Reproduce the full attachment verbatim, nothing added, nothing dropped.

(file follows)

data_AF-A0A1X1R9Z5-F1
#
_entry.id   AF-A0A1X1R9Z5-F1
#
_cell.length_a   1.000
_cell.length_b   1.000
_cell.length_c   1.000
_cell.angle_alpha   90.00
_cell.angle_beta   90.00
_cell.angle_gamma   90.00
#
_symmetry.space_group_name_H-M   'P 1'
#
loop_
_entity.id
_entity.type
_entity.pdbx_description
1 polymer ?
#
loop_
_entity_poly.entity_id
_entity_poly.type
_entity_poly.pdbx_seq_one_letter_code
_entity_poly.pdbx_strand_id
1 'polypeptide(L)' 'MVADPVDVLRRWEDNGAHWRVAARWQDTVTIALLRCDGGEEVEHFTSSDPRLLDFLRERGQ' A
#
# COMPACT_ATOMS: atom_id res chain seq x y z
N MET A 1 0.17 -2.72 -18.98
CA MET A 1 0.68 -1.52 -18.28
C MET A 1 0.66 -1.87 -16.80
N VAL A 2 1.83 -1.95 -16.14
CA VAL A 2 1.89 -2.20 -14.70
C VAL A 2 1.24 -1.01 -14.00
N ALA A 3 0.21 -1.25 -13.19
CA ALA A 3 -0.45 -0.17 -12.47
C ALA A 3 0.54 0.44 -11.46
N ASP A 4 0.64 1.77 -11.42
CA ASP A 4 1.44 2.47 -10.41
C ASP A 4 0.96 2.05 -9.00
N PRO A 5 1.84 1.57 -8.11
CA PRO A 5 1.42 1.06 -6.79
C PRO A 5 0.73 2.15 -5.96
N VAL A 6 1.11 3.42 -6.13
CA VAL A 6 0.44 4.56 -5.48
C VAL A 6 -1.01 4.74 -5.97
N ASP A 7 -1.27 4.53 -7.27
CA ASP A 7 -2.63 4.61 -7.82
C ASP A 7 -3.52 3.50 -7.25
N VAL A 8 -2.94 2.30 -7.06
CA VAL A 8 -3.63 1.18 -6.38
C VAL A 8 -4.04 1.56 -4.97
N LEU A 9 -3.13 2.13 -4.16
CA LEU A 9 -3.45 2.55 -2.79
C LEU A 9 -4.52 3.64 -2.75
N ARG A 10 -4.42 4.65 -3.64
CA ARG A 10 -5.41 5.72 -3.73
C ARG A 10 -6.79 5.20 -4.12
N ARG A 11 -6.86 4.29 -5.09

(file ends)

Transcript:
data_AF-A0A1X1R9Z5-F1
#
_entry.id   AF-A0A1X1R9Z5-F1
#
_cell.length_a   1.000
_cell.length_b   1.000
_cell.length_c   1.000
_cell.angle_alpha   90.00
_cell.angle_beta   90.00
_cell.angle_gamma   90.00
#
_symmetry.space_group_name_H-M   'P 1'
#
loop_
_entity.id
_entity.type
_entity.pdbx_description
1 polymer ?
#
loop_
_entity_poly.entity_id
_entity_poly.type
_entity_poly.pdbx_seq_one_letter_code
_entity_poly.pdbx_strand_id
1 'polypeptide(L)' 'MVADPVDVLRRWEDNGAHWRVAARWQDTVTIALLRCDGGEEVEHFTSSDPRLLDFLRERGQ' A
#
# COMPACT_ATOMS: atom_id res chain seq x y z
N MET A 1 0.17 -2.72 -18.98
CA MET A 1 0.68 -1.52 -18.28
C MET A 1 0.66 -1.87 -16.80
N VAL A 2 1.83 -1.95 -16.14
CA VAL A 2 1.89 -2.20 -14.70
C VAL A 2 1.24 -1.01 -14.00
N ALA A 3 0.21 -1.25 -13.19
CA ALA A 3 -0.45 -0.17 -12.47
C ALA A 3 0.54 0.44 -11.46
N ASP A 4 0.64 1.77 -11.42
CA ASP A 4 1.44 2.47 -10.41
C ASP A 4 0.96 2.05 -9.00
N PRO A 5 1.84 1.57 -8.11
CA PRO A 5 1.42 1.06 -6.79
C PRO A 5 0.73 2.15 -5.96
N VAL A 6 1.11 3.42 -6.13
CA VAL A 6 0.44 4.56 -5.48
C VAL A 6 -1.01 4.74 -5.97
N ASP A 7 -1.27 4.53 -7.27
CA ASP A 7 -2.63 4.61 -7.82
C ASP A 7 -3.52 3.50 -7.25
N VAL A 8 -2.94 2.30 -7.06
CA VAL A 8 -3.63 1.18 -6.38
C VAL A 8 -4.04 1.56 -4.97
N LEU A 9 -3.13 2.13 -4.16
CA LEU A 9 -3.45 2.55 -2.79
C LEU A 9 -4.52 3.64 -2.75
N ARG A 10 -4.42 4.65 -3.64
CA ARG A 10 -5.41 5.72 -3.73
C ARG A 10 -6.79 5.20 -4.12
N ARG A 11 -6.86 4.29 -5.09